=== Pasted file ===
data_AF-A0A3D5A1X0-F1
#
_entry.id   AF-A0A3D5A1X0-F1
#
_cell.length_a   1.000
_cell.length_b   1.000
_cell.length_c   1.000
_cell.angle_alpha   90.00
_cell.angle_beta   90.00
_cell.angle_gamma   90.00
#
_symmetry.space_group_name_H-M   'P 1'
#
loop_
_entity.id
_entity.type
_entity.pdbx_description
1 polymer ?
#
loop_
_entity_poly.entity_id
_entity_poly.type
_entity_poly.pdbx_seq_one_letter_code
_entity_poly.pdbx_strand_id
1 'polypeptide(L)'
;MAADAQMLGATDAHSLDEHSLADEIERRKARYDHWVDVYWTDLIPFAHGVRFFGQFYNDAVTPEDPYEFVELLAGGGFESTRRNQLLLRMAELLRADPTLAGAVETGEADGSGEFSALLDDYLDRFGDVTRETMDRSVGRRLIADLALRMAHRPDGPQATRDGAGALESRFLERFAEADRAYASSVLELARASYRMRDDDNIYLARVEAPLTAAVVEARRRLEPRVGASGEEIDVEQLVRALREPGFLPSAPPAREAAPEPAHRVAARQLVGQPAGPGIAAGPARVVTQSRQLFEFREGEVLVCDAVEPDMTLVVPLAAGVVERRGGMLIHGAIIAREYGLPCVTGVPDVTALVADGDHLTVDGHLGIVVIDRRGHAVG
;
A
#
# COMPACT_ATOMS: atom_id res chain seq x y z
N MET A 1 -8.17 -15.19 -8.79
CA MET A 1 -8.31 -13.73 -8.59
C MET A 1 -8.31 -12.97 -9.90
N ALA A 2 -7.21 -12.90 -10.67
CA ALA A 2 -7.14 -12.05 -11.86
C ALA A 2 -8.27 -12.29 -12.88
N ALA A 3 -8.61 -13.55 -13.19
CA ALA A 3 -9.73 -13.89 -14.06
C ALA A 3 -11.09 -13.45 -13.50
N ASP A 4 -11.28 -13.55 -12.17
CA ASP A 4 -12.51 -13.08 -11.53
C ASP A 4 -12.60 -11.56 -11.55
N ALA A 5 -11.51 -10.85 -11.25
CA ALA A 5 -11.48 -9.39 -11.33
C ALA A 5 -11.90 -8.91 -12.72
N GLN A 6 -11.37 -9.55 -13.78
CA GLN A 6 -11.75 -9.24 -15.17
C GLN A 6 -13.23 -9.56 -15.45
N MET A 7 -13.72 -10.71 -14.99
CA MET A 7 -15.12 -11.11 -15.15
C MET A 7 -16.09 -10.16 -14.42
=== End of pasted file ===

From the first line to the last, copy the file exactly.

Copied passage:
data_AF-A0A3D5A1X0-F1
#
_entry.id   AF-A0A3D5A1X0-F1
#
_cell.length_a   1.000
_cell.length_b   1.000
_cell.length_c   1.000
_cell.angle_alpha   90.00
_cell.angle_beta   90.00
_cell.angle_gamma   90.00
#
_symmetry.space_group_name_H-M   'P 1'
#
loop_
_entity.id
_entity.type
_entity.pdbx_description
1 polymer ?
#
loop_
_entity_poly.entity_id
_entity_poly.type
_entity_poly.pdbx_seq_one_letter_code
_entity_poly.pdbx_strand_id
1 'polypeptide(L)'
;MAADAQMLGATDAHSLDEHSLADEIERRKARYDHWVDVYWTDLIPFAHGVRFFGQFYNDAVTPEDPYEFVELLAGGGFESTRRNQLLLRMAELLRADPTLAGAVETGEADGSGEFSALLDDYLDRFGDVTRETMDRSVGRRLIADLALRMAHRPDGPQATRDGAGALESRFLERFAEADRAYASSVLELARASYRMRDDDNIYLARVEAPLTAAVVEARRRLEPRVGASGEEIDVEQLVRALREPGFLPSAPPAREAAPEPAHRVAARQLVGQPAGPGIAAGPARVVTQSRQLFEFREGEVLVCDAVEPDMTLVVPLAAGVVERRGGMLIHGAIIAREYGLPCVTGVPDVTALVADGDHLTVDGHLGIVVIDRRGHAVG
;
A
#
# COMPACT_ATOMS: atom_id res chain seq x y z
N MET A 1 -8.17 -15.19 -8.79
CA MET A 1 -8.31 -13.73 -8.59
C MET A 1 -8.31 -12.97 -9.90
N ALA A 2 -7.21 -12.90 -10.67
CA ALA A 2 -7.14 -12.05 -11.86
C ALA A 2 -8.27 -12.29 -12.88
N ALA A 3 -8.61 -13.55 -13.19
CA ALA A 3 -9.73 -13.89 -14.06
C ALA A 3 -11.09 -13.45 -13.50
N ASP A 4 -11.28 -13.55 -12.17
CA ASP A 4 -12.51 -13.08 -11.53
C ASP A 4 -12.60 -11.56 -11.55
N ALA A 5 -11.51 -10.85 -11.25
CA ALA A 5 -11.48 -9.39 -11.33
C ALA A 5 -11.90 -8.91 -12.72
N GLN A 6 -11.37 -9.55 -13.78
CA GLN A 6 -11.75 -9.24 -15.17
C GLN A 6 -13.23 -9.56 -15.45
N MET A 7 -13.72 -10.71 -14.99
CA MET A 7 -15.12 -11.11 -15.15
C MET A 7 -16.09 -10.16 -14.42